Tuesday’s Word

Last week’s word came from an erotic romance about a high-priced escort embroiled in Chicago’s crime underworld. This week’s word comes from the online devotional I subscribe to (Crosswalk.com). Talk about contrast!

Pabulum
noun
insipid intellectual nourishment
▸ any substance that can be used as food

“The ordinary pabulum of popular religion, of health and prosperity, just doesn’t line up with the suffering we see among some of the most godly men and women in Scripture. The abundant life that Jesus came to give does not come without struggle any more than a butterfly can soar without a struggle from its cocoon. We would never slice open a cocoon and expect to find a butterfly ready to fly. Without the struggle, the butterfly could not grow strong enough to take flight.”–Sharon Jaynes, e-devotional, Crosswalk.com. March 13, 2013

Definition from OneLook Online Dictionary

Advertisements

About Jessi Gage

Jessi lives with her husband and children in the Seattle area. She’s a passionate reader of all genres of romance, especially anything involving the paranormal. Ghosts, demons, vampires, witches, weres, faeries...you name it, she’ll read it. As for writing, she's sticking to Highlanders and contemporaries with a paranormal twist (for now). A career student (aka indecisive and inquisitive bookworm), Jessi brings her love of research to her worlds and characters. Her guiding tenet in her writing is that good always trumps evil, but not before evil gives good one heck of a run for its money. The last time she imagined a world without romance novels, her husband found her crouched in the corner, rocking.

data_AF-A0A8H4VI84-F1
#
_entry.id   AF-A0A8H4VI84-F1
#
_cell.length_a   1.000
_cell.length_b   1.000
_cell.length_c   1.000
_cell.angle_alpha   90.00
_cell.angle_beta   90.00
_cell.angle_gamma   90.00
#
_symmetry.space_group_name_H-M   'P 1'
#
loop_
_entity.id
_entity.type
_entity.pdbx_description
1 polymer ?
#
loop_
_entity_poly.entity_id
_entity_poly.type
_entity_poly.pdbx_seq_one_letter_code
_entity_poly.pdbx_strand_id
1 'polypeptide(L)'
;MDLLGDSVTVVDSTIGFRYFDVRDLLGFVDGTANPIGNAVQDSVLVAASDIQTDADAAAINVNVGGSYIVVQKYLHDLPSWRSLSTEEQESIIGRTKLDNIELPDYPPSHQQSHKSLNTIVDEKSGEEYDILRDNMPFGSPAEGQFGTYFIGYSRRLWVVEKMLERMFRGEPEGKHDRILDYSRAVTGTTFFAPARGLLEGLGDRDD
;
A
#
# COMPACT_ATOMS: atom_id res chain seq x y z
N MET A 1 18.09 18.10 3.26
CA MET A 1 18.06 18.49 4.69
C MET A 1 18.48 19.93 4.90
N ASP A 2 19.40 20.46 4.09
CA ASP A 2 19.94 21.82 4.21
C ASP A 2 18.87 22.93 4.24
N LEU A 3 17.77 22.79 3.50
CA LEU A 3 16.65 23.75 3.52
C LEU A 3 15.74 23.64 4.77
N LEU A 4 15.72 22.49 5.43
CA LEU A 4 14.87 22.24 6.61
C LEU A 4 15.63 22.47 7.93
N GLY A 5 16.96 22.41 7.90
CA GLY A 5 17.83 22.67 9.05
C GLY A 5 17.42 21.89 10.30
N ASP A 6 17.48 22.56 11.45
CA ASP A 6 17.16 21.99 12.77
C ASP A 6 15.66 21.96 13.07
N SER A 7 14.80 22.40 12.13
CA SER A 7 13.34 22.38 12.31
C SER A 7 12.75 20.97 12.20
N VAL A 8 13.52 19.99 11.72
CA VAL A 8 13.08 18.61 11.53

This entry was posted in Writing and tagged , , , , , , , , . Bookmark the permalink.

5 Responses to Tuesday’s Word

  1. Mae Clair says:

    That is definitely a new word on me! I love the butterfly-cocoon thought. One I shall have to tuck away and remember!

  2. Love the philosophy behind this quote. To expect nothing but ease and happiness misses so much of life. And pabulum? I’d never heard it before. It sounds very Roman in its form and definition.

  3. You know what’s a good friend for this word? Pap. It refers to either a nipple/teat, the bland food one would feed an invalid, or something that lacks substance/value. It’s also that rare word that will pop up as a typo but may still work in the sentence.

Leave a comment

Fill in your details below or click an icon to log in:

WordPress.com Logo

You are commenting using your WordPress.com account. Log Out / Change )

Twitter picture

You are commenting using your Twitter account. Log Out / Change )

Facebook photo

You are commenting using your Facebook account. Log Out / Change )

Google+ photo

You are commenting using your Google+ account. Log Out / Change )

Connecting to %s